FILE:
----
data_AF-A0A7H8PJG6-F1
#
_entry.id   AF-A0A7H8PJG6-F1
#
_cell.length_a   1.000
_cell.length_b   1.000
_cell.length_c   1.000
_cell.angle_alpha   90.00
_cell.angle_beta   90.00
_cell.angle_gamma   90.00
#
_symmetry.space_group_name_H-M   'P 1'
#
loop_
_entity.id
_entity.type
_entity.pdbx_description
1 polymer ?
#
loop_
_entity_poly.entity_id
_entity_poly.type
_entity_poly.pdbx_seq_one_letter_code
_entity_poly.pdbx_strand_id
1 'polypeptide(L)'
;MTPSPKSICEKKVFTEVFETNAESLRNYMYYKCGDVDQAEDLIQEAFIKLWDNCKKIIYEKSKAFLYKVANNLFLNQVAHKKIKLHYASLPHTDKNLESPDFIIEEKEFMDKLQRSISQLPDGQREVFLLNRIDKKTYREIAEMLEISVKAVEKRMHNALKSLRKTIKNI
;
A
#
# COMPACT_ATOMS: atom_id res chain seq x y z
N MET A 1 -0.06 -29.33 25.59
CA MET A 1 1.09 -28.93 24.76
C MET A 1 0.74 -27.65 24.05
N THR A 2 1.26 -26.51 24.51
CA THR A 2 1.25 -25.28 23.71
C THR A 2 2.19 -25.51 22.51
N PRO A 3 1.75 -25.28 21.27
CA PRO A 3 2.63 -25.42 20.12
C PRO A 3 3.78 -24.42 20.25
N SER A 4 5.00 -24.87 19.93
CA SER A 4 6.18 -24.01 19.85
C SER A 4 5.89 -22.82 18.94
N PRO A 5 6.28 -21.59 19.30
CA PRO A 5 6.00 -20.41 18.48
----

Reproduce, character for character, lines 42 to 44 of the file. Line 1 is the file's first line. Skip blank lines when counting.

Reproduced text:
C SER A 4 5.89 -22.82 18.94
N PRO A 5 6.28 -21.59 19.30
CA PRO A 5 6.00 -20.41 18.48